In yesterday’s post, you were introduced to a new book, Broken Angel, by Sigmund Brouwer. Brouwer has created a futuristic world in his book, one where fundamentalists have pushed their literal interpretations to the forefront of politics, and now run things.
The topic is a thoughtful one. I have close friends who are fundamentalists, believing that a literal interpretation of the Bible is the proof of faith. They are committed and passionate in their faith and I will not belittle them.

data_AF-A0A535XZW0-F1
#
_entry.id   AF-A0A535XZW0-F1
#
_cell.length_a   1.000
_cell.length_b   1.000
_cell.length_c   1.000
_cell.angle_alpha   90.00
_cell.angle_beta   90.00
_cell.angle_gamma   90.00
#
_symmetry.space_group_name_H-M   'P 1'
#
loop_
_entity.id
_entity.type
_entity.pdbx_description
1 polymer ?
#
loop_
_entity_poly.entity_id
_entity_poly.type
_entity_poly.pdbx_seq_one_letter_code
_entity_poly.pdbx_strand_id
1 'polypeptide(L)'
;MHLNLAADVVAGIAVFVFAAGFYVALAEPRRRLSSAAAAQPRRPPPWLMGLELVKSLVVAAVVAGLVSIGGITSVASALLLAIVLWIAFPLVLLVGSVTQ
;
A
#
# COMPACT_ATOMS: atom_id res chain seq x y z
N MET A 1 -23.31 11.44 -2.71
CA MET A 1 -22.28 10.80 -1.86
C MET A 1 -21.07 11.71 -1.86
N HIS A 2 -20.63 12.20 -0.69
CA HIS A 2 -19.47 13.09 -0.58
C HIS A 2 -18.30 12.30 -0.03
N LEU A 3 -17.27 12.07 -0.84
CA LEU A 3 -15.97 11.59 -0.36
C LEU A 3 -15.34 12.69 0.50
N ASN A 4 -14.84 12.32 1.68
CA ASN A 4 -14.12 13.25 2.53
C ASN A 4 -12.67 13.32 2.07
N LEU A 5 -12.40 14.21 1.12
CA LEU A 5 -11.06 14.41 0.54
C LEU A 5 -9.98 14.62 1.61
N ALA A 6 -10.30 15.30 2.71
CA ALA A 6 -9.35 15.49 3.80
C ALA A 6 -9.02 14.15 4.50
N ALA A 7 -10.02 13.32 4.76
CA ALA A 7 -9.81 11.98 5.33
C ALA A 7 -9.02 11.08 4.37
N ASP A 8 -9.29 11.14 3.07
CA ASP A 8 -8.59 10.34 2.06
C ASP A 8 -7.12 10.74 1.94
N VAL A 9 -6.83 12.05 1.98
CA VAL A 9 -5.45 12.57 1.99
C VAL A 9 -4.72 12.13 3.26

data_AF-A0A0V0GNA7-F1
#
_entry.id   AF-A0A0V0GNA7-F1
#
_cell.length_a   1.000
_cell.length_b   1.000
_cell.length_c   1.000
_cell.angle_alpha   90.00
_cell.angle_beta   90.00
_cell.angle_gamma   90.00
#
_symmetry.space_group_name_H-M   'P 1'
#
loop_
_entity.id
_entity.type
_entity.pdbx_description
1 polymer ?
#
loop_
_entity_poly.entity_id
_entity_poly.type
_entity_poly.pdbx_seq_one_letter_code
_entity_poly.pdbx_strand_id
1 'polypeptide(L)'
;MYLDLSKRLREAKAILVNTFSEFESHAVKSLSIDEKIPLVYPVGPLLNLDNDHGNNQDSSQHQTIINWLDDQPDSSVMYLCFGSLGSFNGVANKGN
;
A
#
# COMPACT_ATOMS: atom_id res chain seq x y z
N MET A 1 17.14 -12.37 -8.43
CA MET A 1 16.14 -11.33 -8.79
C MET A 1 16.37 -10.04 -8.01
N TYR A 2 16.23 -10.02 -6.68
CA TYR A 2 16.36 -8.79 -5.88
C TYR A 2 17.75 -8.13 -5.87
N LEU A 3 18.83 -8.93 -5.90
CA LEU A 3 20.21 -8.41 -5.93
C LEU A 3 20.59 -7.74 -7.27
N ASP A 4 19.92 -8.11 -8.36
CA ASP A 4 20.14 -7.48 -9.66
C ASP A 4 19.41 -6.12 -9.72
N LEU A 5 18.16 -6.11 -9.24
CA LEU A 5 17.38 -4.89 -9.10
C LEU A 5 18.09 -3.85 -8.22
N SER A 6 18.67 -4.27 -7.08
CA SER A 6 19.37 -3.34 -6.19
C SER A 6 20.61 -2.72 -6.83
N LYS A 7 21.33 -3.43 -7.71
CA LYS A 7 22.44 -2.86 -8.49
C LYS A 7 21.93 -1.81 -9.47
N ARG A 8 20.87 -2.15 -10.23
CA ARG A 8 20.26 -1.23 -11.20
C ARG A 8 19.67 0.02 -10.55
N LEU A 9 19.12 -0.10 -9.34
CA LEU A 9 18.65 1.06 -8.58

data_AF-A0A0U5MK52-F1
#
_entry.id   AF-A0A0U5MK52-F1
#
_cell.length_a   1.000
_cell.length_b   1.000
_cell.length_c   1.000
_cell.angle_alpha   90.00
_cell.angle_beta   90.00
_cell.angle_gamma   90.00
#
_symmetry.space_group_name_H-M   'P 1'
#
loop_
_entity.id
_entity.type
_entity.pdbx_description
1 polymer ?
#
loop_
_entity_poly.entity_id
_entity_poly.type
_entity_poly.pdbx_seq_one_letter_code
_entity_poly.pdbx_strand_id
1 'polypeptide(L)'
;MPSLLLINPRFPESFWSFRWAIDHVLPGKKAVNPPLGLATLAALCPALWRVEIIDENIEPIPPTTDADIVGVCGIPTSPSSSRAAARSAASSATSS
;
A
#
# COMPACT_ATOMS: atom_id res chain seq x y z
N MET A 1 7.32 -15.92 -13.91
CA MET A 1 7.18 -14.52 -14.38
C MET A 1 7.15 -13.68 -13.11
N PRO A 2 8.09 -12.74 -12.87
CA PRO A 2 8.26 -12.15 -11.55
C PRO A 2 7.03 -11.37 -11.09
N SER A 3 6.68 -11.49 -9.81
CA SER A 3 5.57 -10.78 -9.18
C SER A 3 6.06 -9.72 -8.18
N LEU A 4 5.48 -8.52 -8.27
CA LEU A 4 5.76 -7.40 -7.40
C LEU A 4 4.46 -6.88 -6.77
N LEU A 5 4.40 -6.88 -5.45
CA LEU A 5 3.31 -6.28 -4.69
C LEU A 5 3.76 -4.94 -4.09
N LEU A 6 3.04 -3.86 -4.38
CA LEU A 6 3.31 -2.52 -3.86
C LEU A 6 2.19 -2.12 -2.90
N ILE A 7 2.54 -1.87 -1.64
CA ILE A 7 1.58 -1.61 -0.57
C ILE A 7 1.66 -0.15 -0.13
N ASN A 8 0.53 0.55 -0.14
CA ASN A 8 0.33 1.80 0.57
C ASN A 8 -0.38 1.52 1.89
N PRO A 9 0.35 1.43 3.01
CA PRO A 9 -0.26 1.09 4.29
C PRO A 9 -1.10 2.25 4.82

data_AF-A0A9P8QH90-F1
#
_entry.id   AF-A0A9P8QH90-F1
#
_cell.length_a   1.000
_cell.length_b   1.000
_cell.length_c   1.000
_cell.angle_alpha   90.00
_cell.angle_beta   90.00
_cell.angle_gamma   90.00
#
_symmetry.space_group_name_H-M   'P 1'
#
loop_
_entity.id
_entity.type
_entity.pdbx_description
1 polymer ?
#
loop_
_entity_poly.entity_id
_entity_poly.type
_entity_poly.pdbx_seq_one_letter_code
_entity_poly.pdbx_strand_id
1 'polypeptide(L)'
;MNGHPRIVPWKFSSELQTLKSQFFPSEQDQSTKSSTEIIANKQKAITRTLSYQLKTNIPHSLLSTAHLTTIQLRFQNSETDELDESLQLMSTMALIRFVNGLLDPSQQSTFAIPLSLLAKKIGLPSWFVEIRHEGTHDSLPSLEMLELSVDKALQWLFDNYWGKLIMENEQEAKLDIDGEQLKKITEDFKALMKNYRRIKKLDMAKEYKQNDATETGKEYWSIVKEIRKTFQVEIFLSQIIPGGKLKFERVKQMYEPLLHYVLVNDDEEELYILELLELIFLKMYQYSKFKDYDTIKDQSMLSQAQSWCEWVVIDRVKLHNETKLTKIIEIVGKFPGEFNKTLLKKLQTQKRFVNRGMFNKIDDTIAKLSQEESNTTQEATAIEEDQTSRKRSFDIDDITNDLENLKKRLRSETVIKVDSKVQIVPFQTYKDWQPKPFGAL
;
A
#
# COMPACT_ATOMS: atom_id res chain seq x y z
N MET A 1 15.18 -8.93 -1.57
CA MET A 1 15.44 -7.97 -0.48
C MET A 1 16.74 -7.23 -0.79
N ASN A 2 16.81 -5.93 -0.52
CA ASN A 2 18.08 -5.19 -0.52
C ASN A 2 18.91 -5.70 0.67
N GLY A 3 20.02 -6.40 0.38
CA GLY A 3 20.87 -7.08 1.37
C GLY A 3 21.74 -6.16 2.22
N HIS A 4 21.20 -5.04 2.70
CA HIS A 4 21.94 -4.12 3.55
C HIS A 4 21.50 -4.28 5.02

However, I want to introduce you to a resource that may shed a little light on biblical texts. The Dictionary of Biblical Imagery (general editors are Leland Ryken, James C. Wilhoit and Tremper Longman III) explores the images, motifs, symbols, figures of speech and literary patterns of the Bible.
Once I said to my three-year-old nephew, “Oh, you’re pulling my leg, aren’t you?” And he looked solemnly at his leg and my leg before shaking his head. No.
I was using a figure of speech that he didn’t yet understand. Those are common in our literature today and were common in the writings of the Bible as well. Those who insist on a literal interpretation of texts often lose the very meaning of that text because they don’t examine possible images or figures of speech.
As Brouwer suggests, literal isn’t always best.